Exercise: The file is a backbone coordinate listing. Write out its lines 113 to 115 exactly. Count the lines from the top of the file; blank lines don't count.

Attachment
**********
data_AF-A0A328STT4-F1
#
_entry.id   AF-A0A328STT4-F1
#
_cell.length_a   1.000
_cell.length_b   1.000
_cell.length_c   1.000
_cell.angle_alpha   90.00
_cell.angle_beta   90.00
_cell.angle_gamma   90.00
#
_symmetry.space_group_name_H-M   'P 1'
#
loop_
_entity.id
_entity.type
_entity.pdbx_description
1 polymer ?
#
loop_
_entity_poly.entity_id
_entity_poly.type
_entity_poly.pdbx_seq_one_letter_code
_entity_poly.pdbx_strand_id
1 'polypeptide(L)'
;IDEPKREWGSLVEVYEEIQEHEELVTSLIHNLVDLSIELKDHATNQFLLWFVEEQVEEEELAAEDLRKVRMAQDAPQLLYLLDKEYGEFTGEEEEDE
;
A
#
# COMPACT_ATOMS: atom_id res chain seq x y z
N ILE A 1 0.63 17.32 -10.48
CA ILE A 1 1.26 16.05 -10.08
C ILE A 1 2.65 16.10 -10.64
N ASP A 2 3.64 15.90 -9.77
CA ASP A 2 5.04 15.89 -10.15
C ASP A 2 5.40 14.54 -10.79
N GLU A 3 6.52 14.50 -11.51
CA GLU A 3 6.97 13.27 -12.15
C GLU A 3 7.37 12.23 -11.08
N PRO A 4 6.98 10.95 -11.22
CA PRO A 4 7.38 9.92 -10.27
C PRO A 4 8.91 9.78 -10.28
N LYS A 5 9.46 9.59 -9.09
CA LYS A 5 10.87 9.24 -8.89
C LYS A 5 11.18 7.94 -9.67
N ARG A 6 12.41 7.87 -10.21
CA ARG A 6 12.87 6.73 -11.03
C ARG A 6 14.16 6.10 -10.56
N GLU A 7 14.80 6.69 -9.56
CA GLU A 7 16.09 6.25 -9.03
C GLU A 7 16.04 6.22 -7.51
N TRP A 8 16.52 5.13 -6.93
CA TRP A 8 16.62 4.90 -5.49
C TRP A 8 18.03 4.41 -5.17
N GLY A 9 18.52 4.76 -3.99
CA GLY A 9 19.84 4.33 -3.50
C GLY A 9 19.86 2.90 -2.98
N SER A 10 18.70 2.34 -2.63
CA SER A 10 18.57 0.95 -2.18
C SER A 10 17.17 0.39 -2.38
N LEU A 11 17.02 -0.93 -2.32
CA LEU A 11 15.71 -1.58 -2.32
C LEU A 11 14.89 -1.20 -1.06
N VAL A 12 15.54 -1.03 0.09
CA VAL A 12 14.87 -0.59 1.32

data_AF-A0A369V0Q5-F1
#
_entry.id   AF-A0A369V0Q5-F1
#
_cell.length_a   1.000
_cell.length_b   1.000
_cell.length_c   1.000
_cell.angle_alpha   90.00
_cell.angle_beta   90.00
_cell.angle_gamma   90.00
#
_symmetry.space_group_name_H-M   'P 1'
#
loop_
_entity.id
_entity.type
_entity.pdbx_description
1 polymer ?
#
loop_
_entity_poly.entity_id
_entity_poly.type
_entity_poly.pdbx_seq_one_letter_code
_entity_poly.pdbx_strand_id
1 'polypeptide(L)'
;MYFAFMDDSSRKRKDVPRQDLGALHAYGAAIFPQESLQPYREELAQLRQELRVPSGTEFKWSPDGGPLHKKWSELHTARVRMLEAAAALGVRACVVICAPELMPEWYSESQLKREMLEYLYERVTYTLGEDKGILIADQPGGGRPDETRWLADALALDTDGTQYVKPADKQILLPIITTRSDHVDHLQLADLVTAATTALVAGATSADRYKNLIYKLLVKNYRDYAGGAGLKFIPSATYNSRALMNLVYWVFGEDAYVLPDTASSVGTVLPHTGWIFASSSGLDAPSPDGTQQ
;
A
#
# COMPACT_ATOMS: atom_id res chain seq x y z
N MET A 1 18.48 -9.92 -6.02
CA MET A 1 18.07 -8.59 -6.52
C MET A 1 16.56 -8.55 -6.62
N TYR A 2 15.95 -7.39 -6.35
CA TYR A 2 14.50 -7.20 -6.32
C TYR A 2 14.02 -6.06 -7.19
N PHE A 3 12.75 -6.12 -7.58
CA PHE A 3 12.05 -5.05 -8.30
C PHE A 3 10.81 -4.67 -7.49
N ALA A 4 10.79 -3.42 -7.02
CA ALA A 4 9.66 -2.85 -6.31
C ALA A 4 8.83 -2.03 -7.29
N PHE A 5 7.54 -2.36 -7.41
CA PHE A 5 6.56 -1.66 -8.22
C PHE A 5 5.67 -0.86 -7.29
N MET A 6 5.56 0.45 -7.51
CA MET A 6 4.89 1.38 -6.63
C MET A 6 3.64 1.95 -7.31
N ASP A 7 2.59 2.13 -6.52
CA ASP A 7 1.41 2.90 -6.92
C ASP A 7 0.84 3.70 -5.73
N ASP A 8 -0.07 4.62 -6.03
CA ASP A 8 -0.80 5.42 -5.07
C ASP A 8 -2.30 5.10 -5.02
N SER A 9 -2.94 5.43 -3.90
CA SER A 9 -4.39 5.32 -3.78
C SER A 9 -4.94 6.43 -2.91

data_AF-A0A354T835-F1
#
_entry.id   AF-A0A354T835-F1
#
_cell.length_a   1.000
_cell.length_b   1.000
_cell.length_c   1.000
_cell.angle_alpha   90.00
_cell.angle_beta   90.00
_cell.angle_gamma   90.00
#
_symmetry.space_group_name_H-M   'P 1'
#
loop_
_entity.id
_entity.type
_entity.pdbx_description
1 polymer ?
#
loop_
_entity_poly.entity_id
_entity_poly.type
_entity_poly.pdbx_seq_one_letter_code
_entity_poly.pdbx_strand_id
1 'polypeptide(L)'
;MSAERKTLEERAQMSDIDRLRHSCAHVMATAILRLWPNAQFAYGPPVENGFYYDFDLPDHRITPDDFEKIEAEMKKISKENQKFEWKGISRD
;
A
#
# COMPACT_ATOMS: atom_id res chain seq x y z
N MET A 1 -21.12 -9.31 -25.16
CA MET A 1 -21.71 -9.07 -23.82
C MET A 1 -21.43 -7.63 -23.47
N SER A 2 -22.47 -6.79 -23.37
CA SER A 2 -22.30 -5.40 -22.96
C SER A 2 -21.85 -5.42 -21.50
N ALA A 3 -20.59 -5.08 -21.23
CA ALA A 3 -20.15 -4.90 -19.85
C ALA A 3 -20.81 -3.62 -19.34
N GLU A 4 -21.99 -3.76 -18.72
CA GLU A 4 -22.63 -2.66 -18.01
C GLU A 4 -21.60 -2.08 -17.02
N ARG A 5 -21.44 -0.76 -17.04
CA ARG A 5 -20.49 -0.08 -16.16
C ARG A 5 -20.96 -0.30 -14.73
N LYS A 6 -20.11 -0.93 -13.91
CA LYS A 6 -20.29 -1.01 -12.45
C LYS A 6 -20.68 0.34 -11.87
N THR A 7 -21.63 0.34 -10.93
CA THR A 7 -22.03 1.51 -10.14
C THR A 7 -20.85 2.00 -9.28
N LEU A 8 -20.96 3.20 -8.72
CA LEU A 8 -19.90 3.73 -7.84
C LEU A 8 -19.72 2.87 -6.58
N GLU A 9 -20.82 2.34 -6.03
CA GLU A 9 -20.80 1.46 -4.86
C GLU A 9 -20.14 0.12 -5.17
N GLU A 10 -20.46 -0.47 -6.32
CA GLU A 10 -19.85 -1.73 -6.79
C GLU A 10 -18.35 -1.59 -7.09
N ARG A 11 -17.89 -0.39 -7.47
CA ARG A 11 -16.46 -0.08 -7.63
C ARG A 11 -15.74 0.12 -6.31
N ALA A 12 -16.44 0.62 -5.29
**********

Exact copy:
C MET A 6 3.64 1.95 -7.31
N ASP A 7 2.59 2.13 -6.52
CA ASP A 7 1.41 2.90 -6.92